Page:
Senior Lecturer in Environmental Humanities
University of BRISTOL
Marianna Dudley is an environmental historian researching the rise of renewable energy in modern Britain. She is interested in winds, waves and tides as natural and historical forces, and in how energy technologies and discourses become part of processes of place- and identity-making (and vice versa). She is Senior Lecturer at the University of Bristol, where she co-founded the Centre for Environmental Humanities. She is Vice President of the European Society for Environmental History.
Jackson and Nichols Professor of English
west virginia university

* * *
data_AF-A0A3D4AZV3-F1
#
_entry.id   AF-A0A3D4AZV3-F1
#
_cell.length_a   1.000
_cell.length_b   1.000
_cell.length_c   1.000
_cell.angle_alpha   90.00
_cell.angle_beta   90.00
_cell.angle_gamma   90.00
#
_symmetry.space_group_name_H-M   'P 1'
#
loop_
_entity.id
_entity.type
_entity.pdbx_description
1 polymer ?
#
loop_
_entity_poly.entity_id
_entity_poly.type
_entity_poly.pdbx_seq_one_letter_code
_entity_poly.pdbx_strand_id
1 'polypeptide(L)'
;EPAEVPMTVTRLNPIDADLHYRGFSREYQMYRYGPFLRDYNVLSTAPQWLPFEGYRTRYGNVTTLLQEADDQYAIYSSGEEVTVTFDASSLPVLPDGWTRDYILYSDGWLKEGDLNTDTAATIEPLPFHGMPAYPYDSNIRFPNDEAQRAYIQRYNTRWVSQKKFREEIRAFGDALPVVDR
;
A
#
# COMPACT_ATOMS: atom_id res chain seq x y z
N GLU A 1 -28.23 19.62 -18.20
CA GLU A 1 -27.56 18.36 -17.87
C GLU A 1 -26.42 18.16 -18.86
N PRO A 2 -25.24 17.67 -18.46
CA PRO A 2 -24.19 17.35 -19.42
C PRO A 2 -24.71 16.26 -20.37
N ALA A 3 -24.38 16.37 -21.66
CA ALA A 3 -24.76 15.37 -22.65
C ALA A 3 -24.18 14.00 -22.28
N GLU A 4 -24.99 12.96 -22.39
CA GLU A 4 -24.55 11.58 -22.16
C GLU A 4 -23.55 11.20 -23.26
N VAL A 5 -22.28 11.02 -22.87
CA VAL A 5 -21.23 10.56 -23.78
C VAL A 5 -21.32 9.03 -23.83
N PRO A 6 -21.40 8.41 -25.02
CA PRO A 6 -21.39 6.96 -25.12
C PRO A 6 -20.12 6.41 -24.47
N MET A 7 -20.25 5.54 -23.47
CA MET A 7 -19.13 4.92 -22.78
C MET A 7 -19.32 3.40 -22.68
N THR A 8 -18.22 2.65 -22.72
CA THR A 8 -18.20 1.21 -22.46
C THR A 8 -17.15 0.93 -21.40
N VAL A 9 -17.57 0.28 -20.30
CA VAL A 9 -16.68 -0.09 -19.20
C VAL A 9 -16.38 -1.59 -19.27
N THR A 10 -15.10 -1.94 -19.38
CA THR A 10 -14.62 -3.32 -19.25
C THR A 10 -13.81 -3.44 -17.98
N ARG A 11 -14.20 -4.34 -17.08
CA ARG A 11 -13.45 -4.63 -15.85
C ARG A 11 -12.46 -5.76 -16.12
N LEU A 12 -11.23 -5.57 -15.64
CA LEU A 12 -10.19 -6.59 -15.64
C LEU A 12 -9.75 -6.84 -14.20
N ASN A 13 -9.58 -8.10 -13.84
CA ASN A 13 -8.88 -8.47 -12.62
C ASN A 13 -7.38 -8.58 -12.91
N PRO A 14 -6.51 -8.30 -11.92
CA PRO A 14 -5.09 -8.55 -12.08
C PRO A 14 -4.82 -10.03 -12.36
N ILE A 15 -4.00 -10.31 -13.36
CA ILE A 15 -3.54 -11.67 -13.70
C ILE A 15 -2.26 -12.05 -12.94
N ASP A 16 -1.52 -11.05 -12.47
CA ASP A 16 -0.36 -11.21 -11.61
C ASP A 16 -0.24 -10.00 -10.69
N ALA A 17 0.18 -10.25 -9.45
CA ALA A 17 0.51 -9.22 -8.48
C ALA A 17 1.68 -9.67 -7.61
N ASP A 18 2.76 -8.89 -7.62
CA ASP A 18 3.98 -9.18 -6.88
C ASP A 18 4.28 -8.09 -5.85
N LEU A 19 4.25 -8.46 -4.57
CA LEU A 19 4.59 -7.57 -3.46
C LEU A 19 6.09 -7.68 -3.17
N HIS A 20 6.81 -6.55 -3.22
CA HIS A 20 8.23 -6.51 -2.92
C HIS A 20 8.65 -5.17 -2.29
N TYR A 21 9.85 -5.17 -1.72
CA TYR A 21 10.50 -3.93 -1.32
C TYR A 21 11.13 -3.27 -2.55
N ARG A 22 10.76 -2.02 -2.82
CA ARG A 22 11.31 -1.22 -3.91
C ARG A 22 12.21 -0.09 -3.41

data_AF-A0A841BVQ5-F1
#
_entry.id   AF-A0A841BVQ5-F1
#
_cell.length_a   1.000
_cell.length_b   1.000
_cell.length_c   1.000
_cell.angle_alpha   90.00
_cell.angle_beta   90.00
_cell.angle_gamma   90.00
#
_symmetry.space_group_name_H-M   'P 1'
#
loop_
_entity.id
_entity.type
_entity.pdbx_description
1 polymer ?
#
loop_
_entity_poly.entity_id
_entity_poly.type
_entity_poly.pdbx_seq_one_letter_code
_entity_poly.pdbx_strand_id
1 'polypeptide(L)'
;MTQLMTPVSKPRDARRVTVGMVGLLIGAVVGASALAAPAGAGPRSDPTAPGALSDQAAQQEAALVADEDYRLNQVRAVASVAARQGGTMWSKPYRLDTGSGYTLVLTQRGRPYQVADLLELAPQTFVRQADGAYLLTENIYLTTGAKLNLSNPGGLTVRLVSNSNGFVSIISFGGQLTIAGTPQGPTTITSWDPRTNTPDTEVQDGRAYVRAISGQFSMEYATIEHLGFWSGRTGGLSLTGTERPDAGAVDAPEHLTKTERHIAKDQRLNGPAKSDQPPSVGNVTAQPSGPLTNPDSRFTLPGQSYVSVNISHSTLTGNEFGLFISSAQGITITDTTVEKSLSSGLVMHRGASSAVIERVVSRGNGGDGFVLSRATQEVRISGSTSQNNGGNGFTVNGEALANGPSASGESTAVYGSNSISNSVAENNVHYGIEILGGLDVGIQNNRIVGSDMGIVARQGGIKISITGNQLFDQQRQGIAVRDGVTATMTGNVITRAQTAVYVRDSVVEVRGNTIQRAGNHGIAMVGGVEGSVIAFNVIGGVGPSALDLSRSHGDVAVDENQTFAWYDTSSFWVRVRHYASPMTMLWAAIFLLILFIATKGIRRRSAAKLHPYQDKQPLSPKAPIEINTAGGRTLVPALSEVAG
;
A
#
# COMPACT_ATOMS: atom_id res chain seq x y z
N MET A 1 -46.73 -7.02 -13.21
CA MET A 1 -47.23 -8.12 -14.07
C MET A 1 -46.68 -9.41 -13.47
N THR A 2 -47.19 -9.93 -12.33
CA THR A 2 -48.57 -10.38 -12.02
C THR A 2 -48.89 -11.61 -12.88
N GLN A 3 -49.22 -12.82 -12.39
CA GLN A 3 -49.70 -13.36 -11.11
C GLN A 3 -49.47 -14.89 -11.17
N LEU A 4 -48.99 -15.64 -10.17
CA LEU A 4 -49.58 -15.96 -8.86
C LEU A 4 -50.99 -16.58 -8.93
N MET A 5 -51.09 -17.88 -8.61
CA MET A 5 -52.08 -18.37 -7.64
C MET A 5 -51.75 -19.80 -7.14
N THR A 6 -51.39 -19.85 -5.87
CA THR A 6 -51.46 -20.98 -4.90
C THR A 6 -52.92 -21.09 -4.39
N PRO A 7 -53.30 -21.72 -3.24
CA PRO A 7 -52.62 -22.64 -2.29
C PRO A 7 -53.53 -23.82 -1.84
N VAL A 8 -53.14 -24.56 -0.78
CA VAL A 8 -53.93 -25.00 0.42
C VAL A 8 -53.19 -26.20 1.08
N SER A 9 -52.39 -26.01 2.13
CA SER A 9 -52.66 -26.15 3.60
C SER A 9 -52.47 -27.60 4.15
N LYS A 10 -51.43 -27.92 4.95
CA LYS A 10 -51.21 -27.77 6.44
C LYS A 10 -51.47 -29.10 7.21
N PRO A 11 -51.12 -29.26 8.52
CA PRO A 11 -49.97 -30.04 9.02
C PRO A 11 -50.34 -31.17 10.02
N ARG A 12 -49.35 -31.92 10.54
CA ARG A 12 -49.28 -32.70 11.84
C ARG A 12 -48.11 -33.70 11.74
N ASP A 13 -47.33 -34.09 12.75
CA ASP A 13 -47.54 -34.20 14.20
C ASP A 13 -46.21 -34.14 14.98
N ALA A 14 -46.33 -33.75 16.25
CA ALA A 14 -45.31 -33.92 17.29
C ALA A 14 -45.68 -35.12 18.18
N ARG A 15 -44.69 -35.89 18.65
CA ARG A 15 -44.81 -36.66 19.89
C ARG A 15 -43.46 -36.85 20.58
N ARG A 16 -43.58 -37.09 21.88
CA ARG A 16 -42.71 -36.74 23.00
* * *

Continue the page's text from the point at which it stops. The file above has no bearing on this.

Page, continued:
Stephanie Foote is the Jackson and Nichols Chair and Professor of English at West Virginia University, where she researches and teaches American literature and culture from the nineteenth century to the present with a particular focus on environmental issues. Foote is the author of two single-author books The Parvenu’s Plot: Gender, Class, and Culture in The Age of Realism (2014) and Regional Fictions: Culture and Identity in Nineteenth-Century American Literature (2001). In 2006, she edited and contributed original afterwords for We Walk Alone and We, Too, Must Love, Ann Aldrich’s 1955 and 1958 sociological accounts of lesbian life in the US. She co-edited (with Elizabeth Mazzolini) Histories of the Dustheap: Waste, Material Cultures, Social Justice (2012), and in 2022 she and Jeffrey Jerome Cohen edited The Cambridge Companion to the Environmental Humanities. She is the co-editor and co-founder of Resilience: A Journal of the Environmental Humanities, which is available on ProjectMuse and JSTOR. She is currently working on a book about garbage and waste. She has published more than 20 articles and book chapters in journals such as PMLA, Signs, American Literary History, and American Literature, and her work has been funded by the Carnegie Foundation, the Mellon Foundation, the National Endowment for the Humanities, and the National Humanities Center.